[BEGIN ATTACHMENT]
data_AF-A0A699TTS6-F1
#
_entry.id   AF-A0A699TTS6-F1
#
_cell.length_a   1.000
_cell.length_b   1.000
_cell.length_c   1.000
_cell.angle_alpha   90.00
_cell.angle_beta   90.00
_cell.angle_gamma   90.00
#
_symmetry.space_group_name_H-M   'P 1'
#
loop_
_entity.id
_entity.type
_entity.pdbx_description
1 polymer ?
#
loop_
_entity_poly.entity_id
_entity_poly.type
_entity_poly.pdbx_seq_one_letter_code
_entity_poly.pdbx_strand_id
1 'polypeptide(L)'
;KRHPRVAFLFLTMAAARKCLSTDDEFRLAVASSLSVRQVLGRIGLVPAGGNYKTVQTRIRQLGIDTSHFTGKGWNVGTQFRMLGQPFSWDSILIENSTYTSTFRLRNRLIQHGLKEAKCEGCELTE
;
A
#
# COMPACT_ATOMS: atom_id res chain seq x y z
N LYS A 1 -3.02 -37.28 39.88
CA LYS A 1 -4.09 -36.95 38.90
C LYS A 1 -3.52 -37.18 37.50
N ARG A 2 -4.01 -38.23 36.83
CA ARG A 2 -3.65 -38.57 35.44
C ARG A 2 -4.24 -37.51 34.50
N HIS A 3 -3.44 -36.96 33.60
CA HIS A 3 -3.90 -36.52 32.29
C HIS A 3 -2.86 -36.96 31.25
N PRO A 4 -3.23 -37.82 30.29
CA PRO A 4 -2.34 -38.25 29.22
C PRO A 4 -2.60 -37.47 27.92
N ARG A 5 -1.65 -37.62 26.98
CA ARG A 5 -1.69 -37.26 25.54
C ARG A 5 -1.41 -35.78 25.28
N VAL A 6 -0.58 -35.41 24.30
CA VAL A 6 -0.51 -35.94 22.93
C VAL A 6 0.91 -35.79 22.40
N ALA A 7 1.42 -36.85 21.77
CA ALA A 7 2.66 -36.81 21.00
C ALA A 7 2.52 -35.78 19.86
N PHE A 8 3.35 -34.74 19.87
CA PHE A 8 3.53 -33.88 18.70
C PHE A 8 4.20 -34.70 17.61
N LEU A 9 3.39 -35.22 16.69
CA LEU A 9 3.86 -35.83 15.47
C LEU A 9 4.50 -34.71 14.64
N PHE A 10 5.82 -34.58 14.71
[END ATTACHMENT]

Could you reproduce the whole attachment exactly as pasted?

data_AF-A0A699TTS6-F1
#
_entry.id   AF-A0A699TTS6-F1
#
_cell.length_a   1.000
_cell.length_b   1.000
_cell.length_c   1.000
_cell.angle_alpha   90.00
_cell.angle_beta   90.00
_cell.angle_gamma   90.00
#
_symmetry.space_group_name_H-M   'P 1'
#
loop_
_entity.id
_entity.type
_entity.pdbx_description
1 polymer ?
#
loop_
_entity_poly.entity_id
_entity_poly.type
_entity_poly.pdbx_seq_one_letter_code
_entity_poly.pdbx_strand_id
1 'polypeptide(L)'
;KRHPRVAFLFLTMAAARKCLSTDDEFRLAVASSLSVRQVLGRIGLVPAGGNYKTVQTRIRQLGIDTSHFTGKGWNVGTQFRMLGQPFSWDSILIENSTYTSTFRLRNRLIQHGLKEAKCEGCELTE
;
A
#
# COMPACT_ATOMS: atom_id res chain seq x y z
N LYS A 1 -3.02 -37.28 39.88
CA LYS A 1 -4.09 -36.95 38.90
C LYS A 1 -3.52 -37.18 37.50
N ARG A 2 -4.01 -38.23 36.83
CA ARG A 2 -3.65 -38.57 35.44
C ARG A 2 -4.24 -37.51 34.50
N HIS A 3 -3.44 -36.96 33.60
CA HIS A 3 -3.90 -36.52 32.29
C HIS A 3 -2.86 -36.96 31.25
N PRO A 4 -3.23 -37.82 30.29
CA PRO A 4 -2.34 -38.25 29.22
C PRO A 4 -2.60 -37.47 27.92
N ARG A 5 -1.65 -37.62 26.98
CA ARG A 5 -1.69 -37.26 25.54
C ARG A 5 -1.41 -35.78 25.28
N VAL A 6 -0.58 -35.41 24.30
CA VAL A 6 -0.51 -35.94 22.93
C VAL A 6 0.91 -35.79 22.40
N ALA A 7 1.42 -36.85 21.77
CA ALA A 7 2.66 -36.81 21.00
C ALA A 7 2.52 -35.78 19.86
N PHE A 8 3.35 -34.74 19.87
CA PHE A 8 3.53 -33.88 18.70
C PHE A 8 4.20 -34.70 17.61
N LEU A 9 3.39 -35.22 16.69
CA LEU A 9 3.86 -35.83 15.47
C LEU A 9 4.50 -34.71 14.64
N PHE A 10 5.82 -34.58 14.71